And still, others who have reduced theirs to $0. Right now, Australians are going through the process that makes all this possible. One of them is a personal family friend.
There is an incredible scandal playing out in Australia’s mortgage industry. I’ll reveal how you could find out if you are part of this scandal where altered documents were created to set up a mortgage.
The Khoshaba Precedent
Albert and Rose Khoshaba decided to challenge the validity of their home loan in court.
Their claim was based on what seemed like nothing more than bureaucratic technicalities regarding an unimportant piece of internal bank paperwork.
But it was enough to get Chief Justice James Spigelman, of the Supreme Court of New South Wales Court of Appeal, to agree with them.
The final decision saw their loan reduced by almost $60,000, putting them back on track financially.
That’s how the Khoshaba Precedent was born.
The beauty of this precedent is that we now know the law can be in the borrower’s favour if certain circumstances are met.
Because the law is established, the bank’s hands are tied.
Many borrowers have the potential to cancel and reduce their loans in a much easier way than going to court.
It’s all got to do with that seemingly unimportant piece of bank paperwork and the scandal that’s blown up around it.
In a nutshell, here is what has been going on: Rather than submitting truthful loan applications for their clients, some lending industry professionals have been fudging the numbers.
They literally wrote in whatever they needed to in order to get loan applications approved.
And not just occasionally; it’s standard practice for some of them.
Often, this leads to disastrous results for borrowers while the unethical lenders rake in commissions.
Was your loan fudged?
Now, you may be thinking, ‘I’m pretty sure I didn’t take out one of these loans, so how does this affect me?’
Well, let me tell you: Low-doc and no-doc loans are just the tip of the iceberg. Many types of home loans may potentially have been affected by this scandal.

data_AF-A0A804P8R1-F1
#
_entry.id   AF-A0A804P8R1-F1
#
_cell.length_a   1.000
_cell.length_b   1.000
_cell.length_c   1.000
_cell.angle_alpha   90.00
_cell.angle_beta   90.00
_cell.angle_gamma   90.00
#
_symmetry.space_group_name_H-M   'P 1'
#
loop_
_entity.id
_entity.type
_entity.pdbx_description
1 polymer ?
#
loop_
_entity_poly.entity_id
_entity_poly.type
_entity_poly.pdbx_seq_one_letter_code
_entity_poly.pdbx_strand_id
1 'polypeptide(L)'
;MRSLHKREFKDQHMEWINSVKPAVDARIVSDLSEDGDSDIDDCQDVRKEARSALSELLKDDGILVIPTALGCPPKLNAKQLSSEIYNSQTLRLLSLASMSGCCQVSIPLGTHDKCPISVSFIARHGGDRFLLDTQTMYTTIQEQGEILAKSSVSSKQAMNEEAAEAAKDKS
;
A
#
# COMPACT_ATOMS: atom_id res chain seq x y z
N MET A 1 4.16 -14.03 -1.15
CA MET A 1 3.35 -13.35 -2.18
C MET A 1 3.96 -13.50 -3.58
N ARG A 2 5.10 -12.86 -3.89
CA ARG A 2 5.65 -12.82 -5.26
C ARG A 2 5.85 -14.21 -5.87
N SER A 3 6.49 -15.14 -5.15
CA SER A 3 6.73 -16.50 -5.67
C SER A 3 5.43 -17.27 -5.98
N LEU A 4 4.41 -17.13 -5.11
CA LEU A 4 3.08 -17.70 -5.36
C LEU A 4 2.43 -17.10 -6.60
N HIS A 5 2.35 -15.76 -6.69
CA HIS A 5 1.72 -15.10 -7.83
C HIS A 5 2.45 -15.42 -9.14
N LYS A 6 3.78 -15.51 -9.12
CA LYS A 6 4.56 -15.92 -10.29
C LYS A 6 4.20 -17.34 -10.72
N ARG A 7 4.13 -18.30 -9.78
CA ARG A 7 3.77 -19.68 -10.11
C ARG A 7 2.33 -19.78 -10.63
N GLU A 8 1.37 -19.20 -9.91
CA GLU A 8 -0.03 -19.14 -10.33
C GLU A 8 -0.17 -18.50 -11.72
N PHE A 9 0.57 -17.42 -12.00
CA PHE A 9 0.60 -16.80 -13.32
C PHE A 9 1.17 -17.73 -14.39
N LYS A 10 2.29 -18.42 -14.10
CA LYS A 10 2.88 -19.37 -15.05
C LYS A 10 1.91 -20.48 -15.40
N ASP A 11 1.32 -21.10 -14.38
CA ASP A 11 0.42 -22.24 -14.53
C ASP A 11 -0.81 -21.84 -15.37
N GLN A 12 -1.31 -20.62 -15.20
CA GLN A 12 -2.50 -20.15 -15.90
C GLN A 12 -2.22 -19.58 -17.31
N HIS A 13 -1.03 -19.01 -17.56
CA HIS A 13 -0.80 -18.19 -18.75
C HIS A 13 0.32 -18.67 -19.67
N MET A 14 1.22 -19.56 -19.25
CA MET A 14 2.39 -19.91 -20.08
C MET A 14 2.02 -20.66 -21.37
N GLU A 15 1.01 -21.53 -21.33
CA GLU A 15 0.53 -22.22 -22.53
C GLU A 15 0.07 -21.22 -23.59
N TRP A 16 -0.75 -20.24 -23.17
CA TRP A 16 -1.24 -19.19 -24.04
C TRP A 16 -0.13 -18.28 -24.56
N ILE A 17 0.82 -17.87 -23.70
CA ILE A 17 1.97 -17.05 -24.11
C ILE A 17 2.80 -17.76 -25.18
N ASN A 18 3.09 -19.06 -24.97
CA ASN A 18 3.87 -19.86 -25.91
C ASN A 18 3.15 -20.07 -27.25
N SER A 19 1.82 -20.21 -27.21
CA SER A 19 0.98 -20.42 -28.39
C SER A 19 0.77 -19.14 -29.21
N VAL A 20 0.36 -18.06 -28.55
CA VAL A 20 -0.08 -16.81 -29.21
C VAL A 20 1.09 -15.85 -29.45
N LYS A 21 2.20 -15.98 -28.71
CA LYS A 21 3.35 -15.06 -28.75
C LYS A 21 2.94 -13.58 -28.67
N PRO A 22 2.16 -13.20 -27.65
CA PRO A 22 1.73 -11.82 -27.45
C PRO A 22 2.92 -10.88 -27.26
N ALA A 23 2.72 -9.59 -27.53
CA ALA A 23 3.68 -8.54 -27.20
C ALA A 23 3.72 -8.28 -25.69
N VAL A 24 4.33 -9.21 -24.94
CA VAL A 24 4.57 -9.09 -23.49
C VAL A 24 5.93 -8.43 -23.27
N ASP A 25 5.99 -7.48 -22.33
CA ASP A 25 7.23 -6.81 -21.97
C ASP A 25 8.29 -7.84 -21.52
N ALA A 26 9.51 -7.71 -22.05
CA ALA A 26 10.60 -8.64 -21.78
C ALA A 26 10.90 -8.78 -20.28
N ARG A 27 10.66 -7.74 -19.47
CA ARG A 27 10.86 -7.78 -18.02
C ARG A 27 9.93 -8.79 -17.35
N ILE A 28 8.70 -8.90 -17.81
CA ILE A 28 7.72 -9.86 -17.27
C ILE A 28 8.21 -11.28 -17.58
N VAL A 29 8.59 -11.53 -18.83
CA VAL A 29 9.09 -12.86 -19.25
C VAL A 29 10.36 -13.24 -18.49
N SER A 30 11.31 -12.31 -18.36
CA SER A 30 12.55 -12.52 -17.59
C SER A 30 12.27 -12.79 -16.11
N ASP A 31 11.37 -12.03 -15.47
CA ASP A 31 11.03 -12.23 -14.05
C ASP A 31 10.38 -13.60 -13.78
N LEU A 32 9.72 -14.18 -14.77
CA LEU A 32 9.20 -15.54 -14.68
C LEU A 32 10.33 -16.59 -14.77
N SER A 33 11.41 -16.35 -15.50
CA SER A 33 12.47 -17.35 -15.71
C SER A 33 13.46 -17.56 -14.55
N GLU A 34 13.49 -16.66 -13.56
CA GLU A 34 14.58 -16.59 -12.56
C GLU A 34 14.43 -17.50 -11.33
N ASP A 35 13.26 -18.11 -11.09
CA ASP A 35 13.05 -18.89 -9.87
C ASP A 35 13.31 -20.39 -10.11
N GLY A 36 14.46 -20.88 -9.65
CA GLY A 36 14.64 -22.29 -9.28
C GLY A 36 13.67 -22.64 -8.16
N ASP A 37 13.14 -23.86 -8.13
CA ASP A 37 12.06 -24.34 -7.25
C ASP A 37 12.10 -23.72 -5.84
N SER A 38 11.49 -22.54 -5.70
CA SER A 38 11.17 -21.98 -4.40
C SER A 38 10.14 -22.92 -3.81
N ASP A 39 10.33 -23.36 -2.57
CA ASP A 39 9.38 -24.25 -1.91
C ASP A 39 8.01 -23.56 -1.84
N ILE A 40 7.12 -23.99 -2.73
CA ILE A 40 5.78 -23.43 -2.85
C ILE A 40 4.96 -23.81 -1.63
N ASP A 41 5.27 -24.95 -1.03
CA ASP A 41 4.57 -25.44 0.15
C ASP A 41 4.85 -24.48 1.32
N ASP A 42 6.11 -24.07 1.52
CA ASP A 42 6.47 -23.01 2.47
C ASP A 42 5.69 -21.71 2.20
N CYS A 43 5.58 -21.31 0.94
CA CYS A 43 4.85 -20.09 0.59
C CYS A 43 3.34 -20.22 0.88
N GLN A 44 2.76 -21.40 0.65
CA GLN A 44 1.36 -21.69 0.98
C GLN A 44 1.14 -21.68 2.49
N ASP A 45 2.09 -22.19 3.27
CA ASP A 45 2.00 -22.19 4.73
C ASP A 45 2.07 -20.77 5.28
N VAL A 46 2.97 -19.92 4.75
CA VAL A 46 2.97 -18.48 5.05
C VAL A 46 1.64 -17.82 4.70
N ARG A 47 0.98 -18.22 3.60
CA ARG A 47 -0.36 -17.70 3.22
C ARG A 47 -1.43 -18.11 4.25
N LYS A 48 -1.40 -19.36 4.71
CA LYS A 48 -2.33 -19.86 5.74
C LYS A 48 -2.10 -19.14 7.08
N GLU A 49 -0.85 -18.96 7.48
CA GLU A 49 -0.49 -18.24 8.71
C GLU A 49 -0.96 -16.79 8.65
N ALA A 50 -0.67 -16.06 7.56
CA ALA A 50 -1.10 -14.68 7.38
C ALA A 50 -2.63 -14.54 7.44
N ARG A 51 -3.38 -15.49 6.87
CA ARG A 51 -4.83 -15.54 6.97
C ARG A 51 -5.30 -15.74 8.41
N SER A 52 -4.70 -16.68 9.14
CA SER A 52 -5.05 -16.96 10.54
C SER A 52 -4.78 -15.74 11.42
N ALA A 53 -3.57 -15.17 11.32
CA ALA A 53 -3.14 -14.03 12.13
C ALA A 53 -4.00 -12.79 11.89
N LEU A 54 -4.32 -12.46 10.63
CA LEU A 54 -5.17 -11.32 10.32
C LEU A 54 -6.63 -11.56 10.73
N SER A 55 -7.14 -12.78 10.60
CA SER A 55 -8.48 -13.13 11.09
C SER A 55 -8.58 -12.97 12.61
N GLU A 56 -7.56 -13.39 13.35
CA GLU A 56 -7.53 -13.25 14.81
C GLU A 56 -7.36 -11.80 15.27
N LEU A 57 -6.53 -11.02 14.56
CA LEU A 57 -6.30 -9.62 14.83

Through all my research on this subject, across all different types of mortgages, applicants’ income and assets have been grossly exaggerated in order to secure additional finance — for any number of purposes.
NOT exaggerated by the borrower, but by the lender.
And in a large number of the cases I’ve seen, fraudulent information has been added in by the lender after the borrower has signed the application form for the loan.
Granted, it’s laughable when you read stories like a 98-year-old lady being approved for a 30-year loan.
But there’s a much more serious side to this.
It’s predatory lending at its most shameful and disgusting.
At its core, this is about big financial institutions — some of them household names — taking advantage of ordinary Aussies, seducing them with the lure of fast, easy money, dropping them in the deep end and then leaving them to drown. All in the name of making a quick buck.
The good news is that borrowers have been fighting back — and winning.
Before you can do anything, though, you need to get your hands on your loan application form (LAF).
This form will indicate if your mortgage was based on fictitious details.
Here’s the process for getting your LAF, which works most of the time:
- Call your bank’s customer relations or services number.
- Ask for a hardcopy of your whole loan application form (it should be about 11 pages).
- Be prepared for the fact that the bank may refuse.
Hopefully, someone will agree to give it to you.
Some people find it easier to simply keep asking to speak to someone with more authority until they eventually get their LAF.
If you’ve discovered your loan application form does not represent your true financial situation, don’t stop paying your mortgage. You are not entitled to do this.
The next step, though, is up to you.
I cannot advise you on what to do. Anything you decide to do will be entirely at your own risk.
Make no mistake. This won’t be the last we hear of people taking legal action against the banks.
The true magnitude of this is only just beginning to surface.
Until next time,